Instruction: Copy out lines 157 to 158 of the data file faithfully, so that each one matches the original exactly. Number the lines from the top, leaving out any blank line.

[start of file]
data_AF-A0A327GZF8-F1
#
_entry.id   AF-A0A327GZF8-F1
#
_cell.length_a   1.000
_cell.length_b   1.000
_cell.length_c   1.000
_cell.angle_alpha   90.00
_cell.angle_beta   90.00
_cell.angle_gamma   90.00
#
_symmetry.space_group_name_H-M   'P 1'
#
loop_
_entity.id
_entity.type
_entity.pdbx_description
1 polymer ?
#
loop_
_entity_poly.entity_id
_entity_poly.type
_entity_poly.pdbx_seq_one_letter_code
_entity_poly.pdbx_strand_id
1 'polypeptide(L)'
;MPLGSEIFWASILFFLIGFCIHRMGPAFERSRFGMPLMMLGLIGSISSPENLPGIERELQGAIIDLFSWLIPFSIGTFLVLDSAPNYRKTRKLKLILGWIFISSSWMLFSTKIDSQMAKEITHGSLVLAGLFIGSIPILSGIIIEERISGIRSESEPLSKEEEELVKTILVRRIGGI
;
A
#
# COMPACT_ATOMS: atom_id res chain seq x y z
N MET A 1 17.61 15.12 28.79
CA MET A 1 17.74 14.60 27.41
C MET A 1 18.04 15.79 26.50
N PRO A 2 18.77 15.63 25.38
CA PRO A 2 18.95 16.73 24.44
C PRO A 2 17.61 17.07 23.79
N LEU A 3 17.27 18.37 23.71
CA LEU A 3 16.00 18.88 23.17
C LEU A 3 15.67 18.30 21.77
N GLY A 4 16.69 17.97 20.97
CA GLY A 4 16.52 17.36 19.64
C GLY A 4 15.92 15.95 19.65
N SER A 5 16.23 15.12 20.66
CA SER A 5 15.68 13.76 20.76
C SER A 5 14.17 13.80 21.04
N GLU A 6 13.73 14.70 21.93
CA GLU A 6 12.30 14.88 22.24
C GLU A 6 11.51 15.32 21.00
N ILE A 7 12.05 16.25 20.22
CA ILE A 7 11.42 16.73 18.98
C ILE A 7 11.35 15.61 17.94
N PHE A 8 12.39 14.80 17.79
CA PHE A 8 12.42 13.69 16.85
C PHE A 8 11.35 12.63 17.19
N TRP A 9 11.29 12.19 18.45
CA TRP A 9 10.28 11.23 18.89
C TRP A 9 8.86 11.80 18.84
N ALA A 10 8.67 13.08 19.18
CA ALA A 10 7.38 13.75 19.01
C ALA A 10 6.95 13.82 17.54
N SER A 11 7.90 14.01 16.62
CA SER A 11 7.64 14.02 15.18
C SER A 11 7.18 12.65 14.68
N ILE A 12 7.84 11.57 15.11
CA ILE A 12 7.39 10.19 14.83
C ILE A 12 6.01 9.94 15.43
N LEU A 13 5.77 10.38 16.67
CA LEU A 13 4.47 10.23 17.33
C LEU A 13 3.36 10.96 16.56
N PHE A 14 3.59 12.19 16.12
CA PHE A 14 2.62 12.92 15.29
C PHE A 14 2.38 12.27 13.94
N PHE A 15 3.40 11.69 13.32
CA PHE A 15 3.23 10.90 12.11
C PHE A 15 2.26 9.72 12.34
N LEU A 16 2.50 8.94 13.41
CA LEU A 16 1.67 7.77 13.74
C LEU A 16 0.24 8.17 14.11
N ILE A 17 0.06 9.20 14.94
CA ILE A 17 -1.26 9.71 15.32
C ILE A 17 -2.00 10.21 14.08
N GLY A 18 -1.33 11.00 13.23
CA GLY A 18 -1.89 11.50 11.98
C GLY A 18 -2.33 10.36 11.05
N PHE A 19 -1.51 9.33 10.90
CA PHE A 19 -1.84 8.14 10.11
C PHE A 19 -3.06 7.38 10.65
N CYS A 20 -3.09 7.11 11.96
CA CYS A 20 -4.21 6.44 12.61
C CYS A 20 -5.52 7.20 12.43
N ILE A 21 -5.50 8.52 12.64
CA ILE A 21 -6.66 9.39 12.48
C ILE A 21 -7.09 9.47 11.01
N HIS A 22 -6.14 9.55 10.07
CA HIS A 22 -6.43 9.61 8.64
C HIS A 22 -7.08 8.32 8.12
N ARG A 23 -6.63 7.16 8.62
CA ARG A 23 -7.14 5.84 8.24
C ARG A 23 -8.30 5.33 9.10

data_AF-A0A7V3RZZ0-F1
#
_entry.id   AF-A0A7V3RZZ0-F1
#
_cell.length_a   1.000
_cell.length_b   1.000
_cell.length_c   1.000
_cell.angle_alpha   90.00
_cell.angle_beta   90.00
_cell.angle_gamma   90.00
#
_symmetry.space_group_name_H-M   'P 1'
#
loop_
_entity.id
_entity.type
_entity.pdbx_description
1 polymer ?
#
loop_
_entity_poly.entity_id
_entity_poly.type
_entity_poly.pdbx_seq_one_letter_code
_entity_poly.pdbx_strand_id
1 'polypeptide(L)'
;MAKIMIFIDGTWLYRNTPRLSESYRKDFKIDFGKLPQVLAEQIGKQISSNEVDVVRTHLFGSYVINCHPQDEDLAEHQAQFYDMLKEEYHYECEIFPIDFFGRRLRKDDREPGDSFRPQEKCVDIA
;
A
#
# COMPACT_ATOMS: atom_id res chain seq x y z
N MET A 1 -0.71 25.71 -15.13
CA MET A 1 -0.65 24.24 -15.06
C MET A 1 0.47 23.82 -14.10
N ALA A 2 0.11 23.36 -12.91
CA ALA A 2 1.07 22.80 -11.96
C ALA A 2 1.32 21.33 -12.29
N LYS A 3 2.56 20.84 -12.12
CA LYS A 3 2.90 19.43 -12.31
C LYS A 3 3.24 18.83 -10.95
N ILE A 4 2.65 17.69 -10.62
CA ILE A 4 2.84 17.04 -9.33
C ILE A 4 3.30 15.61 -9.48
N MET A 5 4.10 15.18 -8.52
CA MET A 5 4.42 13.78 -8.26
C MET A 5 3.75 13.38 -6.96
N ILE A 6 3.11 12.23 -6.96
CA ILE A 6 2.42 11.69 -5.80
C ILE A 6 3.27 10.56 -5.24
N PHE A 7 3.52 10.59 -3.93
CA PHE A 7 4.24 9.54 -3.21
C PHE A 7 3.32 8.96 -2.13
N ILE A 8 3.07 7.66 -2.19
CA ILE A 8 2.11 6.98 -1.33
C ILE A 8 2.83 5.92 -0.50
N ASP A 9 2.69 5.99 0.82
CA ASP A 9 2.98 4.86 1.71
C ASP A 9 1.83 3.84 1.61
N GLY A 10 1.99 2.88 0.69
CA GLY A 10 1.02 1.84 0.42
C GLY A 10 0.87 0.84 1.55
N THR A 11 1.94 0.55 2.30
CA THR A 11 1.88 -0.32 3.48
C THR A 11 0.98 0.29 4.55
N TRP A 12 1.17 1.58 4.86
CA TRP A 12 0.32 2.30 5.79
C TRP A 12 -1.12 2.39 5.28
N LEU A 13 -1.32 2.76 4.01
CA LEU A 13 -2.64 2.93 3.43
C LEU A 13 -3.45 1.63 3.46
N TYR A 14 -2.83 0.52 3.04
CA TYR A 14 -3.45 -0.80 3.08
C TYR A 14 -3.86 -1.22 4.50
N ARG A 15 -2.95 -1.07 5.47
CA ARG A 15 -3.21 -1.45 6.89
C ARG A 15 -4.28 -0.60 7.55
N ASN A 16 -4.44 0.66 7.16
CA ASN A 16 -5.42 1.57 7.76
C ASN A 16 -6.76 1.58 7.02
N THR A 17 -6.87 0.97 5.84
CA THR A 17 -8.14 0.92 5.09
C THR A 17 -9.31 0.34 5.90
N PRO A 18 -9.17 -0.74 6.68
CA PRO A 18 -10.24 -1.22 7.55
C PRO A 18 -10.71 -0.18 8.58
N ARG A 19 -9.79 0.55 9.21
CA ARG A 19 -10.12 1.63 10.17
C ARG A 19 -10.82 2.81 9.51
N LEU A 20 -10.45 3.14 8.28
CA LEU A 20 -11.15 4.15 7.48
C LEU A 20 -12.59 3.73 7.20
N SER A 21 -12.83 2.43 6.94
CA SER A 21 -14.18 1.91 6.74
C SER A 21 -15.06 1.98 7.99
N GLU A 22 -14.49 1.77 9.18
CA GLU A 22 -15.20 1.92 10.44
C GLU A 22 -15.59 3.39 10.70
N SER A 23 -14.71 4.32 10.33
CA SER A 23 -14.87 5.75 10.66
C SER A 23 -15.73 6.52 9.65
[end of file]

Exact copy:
N GLY A 10 1.99 2.88 0.69
CA GLY A 10 1.02 1.84 0.42